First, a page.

zulu natal zululand zulus king cetshwayo boers mpande government british
EQUATORIAL LakEs). - Chobi, Ma-Kwakwa, Ma-Gwanza, .M a-Longwa, Ba-Hlengwe, Bila-Kulu, Ma-Ndonda, Gwa-Tevi, Ma-Kna, MaNgwangwara, Ma-Tambwe, Ma-Wa, Wa-Hiyao (Yao or Ajawa), Ma-Ganya, Wa-Swaheli, Wa-Segua, Wa-Sambara, WaZaramo, Wa-Kamba, Wa-Nika, Wa-Pokomo.
The pedigree and affinity of the Zulus, that is, the northern branch of the Zulu-Kaffre group, are given under KAFFRARIA. Here it will suffice to add that since the establishment of the Zulu military ascendency early in the 19th centnry various Zulu hordes have successively invaded and overrun a great part of southeast Africa, as far as and even beyond the Lake Nyassa district. Throughout these regions they are variously known as Ma-Zitu, Ma-Ravi, Mad`srgone (Umgone), Matebele (Ama-Ndebeli), Ma-Viti, and Aba-Zanzi. Such is the terror inspired by these fierce warriors that many of the conquered tribes, such as the Wa-Nindi of :Mozambique, have adopted the very name of their conquerors or oppressors. Hence the impression that the true Zulus are far more numerous north of the Limpopo than has ever been the case. In most places they have already become extinct or absorbed in the surrounding populations. But they still hold their ground as the ruling element in the region between the Limpopo and the lower Zambesi, which from them takes the name of Matebeleland, and which, like Zululand itself, has recently (1888) become a British protectorate.
Laws and Customs. - The Zulus possess an elaborate system of laws regulating the inheritance of personal property (which consists chiefly of cattle), the complexity arising from the practice of polygamy and the exchange of cattle made upon marriage. The giving of cattle in the latter case is generally referred to as a barter and sale of the bride, from which indeed it is not easily distinguishable. But it is regarded in a different light by the natives themselves. The kraal is under the immediate rule of its headman, who is a patriarch responsible for the good behaviour of all its members. Over the headman, whose authority may extend to more than one kraal, is the tribal chief. The exercise by some of the principal chiefs, during the reigns of mPanda and his son, of the power of life and death could not always be controlled by the central authority. Several of the Zulu customs resemble those of the Jews, such as the Feast of First Fruits, held upon the ripening of the maize, when the whole nation gathers at the king's kraal, and the custom of raising up seed to a deceased brother. By the custom of 'ninthlonipa a woman carefully avoids the utterance of any word which occurs in the names of the principal members of her husband's family : e.g., if she have a brother-in-law named uNkomo, she would not use the Zulu for "cow," inkonw, but would invent some other word for it. The employment of " witch doctors " for "smelling out" criminals or abatagati (usually translated "wizards," but meaning evildoers of any kind, such as poisoners) is still common in Zululand, as in neighbouring countries, although it was discouraged by Cetshwayo, who established "kraals of refuge" for the reception of persons rescued by him from condemnation as abatagati.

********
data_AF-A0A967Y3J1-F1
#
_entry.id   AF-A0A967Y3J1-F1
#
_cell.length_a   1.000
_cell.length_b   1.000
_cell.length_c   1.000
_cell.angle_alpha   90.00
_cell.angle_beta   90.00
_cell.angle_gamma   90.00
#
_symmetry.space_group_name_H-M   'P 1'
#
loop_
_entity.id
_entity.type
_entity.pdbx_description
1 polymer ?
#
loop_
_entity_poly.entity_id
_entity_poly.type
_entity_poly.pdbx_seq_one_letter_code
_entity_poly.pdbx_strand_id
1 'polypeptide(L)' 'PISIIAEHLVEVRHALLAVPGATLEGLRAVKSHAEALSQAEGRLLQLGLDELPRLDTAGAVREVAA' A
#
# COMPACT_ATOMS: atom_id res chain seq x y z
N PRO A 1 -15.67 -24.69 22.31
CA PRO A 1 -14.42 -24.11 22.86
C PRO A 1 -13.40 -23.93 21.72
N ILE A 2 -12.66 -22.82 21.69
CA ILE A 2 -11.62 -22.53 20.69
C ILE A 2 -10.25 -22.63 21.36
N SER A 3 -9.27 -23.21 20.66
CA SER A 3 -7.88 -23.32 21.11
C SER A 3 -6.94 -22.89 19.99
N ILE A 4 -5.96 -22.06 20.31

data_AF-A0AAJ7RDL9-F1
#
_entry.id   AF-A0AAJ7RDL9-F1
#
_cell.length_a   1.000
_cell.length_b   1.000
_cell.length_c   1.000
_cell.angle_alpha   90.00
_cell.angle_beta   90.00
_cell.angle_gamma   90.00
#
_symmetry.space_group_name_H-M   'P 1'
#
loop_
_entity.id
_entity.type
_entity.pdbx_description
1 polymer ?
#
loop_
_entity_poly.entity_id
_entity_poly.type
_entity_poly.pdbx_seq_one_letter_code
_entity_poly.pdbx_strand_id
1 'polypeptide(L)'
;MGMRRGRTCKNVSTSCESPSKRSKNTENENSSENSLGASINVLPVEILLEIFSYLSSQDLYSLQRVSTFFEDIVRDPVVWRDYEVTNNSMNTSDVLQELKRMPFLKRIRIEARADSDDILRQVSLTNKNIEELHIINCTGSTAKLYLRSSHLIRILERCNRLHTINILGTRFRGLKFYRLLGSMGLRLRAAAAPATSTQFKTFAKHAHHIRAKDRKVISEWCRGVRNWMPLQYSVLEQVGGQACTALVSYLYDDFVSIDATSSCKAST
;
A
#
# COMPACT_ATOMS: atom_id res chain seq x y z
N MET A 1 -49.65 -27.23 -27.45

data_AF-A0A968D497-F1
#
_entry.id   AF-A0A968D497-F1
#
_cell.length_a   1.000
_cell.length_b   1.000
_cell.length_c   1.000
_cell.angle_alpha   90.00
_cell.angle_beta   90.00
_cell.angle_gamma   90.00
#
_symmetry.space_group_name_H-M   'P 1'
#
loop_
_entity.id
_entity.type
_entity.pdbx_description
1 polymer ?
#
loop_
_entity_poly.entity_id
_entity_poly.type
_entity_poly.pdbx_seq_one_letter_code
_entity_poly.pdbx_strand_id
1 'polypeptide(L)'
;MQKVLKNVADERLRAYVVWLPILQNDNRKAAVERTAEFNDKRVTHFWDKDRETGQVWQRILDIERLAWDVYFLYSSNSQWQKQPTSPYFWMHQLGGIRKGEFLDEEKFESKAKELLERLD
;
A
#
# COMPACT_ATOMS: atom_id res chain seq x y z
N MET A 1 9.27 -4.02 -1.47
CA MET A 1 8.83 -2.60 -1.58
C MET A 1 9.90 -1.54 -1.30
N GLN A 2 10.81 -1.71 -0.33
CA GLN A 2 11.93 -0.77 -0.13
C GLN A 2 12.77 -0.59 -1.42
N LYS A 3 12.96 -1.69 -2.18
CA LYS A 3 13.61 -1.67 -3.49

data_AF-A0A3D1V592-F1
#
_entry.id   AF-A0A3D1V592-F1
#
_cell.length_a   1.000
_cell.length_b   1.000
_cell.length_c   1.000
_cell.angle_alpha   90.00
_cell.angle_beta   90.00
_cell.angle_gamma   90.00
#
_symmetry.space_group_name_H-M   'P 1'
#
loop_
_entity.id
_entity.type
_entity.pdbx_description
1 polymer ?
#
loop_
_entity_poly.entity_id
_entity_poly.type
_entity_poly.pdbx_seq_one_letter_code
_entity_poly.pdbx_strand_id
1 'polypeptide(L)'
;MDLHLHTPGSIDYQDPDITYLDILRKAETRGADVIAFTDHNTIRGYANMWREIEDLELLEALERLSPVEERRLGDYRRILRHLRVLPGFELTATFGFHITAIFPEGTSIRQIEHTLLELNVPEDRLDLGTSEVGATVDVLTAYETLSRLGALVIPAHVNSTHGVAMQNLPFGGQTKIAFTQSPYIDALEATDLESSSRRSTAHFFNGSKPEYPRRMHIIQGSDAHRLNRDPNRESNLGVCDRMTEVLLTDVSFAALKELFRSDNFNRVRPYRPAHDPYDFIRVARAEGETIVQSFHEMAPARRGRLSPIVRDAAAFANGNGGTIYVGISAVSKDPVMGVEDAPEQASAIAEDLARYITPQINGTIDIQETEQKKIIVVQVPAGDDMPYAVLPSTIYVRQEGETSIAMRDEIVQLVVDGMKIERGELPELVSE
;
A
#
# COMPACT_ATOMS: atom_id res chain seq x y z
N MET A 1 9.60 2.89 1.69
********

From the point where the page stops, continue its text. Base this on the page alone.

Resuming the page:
Population. - No means exist for estimating the present population of Zululand. The country was at the time of the late war regarded as less densely inhabited than the colony of Natal. The Zulu army. was estimated to contain twenty-three regiments, of 40,400 Men 111 all, and, although the enrolment was voluntary, it may be assumed that it comprised nearly all the able-bodied men of the nation. In addition to the heavy mortality sustained by the Zulus in the war many lives have been lost in subsequent conflicts in which they have engaged amongst themselves.
History. - The earliest record of contact between Europeans and the Zulu race is probably the account of the wreck of the " Doddington " in 1756. The survivors met with hospitable treatment at the bands of the natives of Natal, and afterwards proceeded up the coast to St Lucia Bay, where they landed. They describe the natives as "very proud and haughty, and not so accommodating as those lately left." They differed from the other natives in the superior neatness of their method of preparing their food, and were more cleanly in their persons, bathing every morning, apparently as an act of devotion. Their chief pride seemed to be to keep their hair in order. It is added that they watched strictly over their women.